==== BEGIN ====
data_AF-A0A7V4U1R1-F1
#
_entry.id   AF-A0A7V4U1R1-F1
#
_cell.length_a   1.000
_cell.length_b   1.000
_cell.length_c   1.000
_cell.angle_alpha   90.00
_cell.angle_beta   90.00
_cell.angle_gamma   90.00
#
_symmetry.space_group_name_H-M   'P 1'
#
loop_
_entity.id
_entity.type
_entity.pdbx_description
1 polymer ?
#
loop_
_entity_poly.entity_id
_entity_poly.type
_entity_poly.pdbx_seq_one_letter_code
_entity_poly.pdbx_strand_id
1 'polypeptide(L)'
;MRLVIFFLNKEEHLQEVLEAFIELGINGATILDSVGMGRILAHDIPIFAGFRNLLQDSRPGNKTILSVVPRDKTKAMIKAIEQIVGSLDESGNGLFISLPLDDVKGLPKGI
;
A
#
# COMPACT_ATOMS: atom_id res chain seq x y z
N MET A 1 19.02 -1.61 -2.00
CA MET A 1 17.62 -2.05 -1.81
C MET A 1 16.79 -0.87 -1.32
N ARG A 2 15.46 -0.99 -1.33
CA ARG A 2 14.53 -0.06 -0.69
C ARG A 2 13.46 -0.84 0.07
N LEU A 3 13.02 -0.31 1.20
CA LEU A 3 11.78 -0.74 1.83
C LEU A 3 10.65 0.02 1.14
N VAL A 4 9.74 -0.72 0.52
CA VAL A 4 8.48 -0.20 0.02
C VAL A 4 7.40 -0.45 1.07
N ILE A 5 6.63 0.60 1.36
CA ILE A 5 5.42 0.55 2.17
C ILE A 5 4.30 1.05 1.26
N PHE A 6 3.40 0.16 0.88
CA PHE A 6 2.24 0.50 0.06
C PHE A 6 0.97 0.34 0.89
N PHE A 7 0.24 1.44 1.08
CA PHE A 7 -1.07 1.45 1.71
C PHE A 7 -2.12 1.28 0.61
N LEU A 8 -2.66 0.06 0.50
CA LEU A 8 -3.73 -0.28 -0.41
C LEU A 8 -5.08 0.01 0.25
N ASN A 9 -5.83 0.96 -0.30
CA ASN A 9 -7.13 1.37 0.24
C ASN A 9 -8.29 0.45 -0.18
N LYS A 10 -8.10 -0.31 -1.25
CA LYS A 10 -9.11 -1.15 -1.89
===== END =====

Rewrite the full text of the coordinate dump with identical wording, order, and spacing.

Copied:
data_AF-A0A7V4U1R1-F1
#
_entry.id   AF-A0A7V4U1R1-F1
#
_cell.length_a   1.000
_cell.length_b   1.000
_cell.length_c   1.000
_cell.angle_alpha   90.00
_cell.angle_beta   90.00
_cell.angle_gamma   90.00
#
_symmetry.space_group_name_H-M   'P 1'
#
loop_
_entity.id
_entity.type
_entity.pdbx_description
1 polymer ?
#
loop_
_entity_poly.entity_id
_entity_poly.type
_entity_poly.pdbx_seq_one_letter_code
_entity_poly.pdbx_strand_id
1 'polypeptide(L)'
;MRLVIFFLNKEEHLQEVLEAFIELGINGATILDSVGMGRILAHDIPIFAGFRNLLQDSRPGNKTILSVVPRDKTKAMIKAIEQIVGSLDESGNGLFISLPLDDVKGLPKGI
;
A
#
# COMPACT_ATOMS: atom_id res chain seq x y z
N MET A 1 19.02 -1.61 -2.00
CA MET A 1 17.62 -2.05 -1.81
C MET A 1 16.79 -0.87 -1.32
N ARG A 2 15.46 -0.99 -1.33
CA ARG A 2 14.53 -0.06 -0.69
C ARG A 2 13.46 -0.84 0.07
N LEU A 3 13.02 -0.31 1.20
CA LEU A 3 11.78 -0.74 1.83
C LEU A 3 10.65 0.02 1.14
N VAL A 4 9.74 -0.72 0.52
CA VAL A 4 8.48 -0.20 0.02
C VAL A 4 7.40 -0.45 1.07
N ILE A 5 6.63 0.60 1.36
CA ILE A 5 5.42 0.55 2.17
C ILE A 5 4.30 1.05 1.26
N PHE A 6 3.40 0.16 0.88
CA PHE A 6 2.24 0.50 0.06
C PHE A 6 0.97 0.34 0.89
N PHE A 7 0.24 1.44 1.08
CA PHE A 7 -1.07 1.45 1.71
C PHE A 7 -2.12 1.28 0.61
N LEU A 8 -2.66 0.06 0.50
CA LEU A 8 -3.73 -0.28 -0.41
C LEU A 8 -5.08 0.01 0.25
N ASN A 9 -5.83 0.96 -0.30
CA ASN A 9 -7.13 1.37 0.24
C ASN A 9 -8.29 0.45 -0.18
N LYS A 10 -8.10 -0.31 -1.25
CA LYS A 10 -9.11 -1.15 -1.89